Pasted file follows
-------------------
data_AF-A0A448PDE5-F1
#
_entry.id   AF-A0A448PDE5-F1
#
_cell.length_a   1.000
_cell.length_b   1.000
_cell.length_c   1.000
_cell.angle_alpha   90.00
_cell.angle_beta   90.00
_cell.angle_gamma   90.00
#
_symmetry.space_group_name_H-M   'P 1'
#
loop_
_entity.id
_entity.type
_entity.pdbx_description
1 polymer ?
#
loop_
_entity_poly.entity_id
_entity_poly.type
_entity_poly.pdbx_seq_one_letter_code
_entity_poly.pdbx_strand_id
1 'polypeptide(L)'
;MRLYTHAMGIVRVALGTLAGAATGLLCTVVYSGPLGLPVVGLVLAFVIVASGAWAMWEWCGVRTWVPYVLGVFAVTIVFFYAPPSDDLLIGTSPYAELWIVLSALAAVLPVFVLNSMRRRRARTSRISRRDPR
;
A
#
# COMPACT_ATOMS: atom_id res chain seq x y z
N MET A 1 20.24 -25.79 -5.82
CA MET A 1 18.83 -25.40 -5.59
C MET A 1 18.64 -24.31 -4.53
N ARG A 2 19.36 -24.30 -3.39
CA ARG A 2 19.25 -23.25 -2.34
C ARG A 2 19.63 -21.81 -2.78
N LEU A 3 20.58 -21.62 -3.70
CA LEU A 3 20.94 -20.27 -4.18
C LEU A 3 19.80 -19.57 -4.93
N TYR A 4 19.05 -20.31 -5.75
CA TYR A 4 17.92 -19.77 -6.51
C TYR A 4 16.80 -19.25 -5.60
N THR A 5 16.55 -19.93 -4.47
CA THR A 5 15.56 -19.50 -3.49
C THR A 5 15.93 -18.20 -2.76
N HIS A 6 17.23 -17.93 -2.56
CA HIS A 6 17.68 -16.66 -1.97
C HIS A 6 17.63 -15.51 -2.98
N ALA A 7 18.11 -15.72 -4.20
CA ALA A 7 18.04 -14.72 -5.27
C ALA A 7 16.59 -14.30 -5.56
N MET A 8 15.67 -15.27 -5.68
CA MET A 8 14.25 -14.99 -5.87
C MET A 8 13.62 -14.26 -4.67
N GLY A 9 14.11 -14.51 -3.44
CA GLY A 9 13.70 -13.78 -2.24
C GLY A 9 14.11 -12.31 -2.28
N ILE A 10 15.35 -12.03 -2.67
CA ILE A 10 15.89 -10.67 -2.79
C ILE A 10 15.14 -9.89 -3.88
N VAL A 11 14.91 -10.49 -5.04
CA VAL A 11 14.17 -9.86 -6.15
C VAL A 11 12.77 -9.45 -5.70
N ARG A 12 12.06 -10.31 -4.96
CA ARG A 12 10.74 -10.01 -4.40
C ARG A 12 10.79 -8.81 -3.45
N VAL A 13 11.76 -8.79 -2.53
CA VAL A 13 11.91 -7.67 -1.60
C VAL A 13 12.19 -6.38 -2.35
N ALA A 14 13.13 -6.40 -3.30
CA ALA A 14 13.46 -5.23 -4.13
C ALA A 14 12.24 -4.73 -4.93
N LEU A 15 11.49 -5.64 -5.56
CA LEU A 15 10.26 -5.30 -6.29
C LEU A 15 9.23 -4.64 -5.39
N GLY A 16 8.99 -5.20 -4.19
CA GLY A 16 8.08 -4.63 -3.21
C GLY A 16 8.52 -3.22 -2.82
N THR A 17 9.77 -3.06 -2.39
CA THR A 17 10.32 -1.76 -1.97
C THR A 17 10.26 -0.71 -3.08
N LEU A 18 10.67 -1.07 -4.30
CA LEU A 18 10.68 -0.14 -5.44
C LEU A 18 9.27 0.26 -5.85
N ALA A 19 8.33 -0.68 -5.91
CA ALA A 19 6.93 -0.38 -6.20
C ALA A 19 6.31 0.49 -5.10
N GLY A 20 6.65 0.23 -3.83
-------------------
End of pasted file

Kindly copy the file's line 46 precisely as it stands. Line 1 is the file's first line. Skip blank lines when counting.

N HIS A 6 17.23 -17.93 -2.56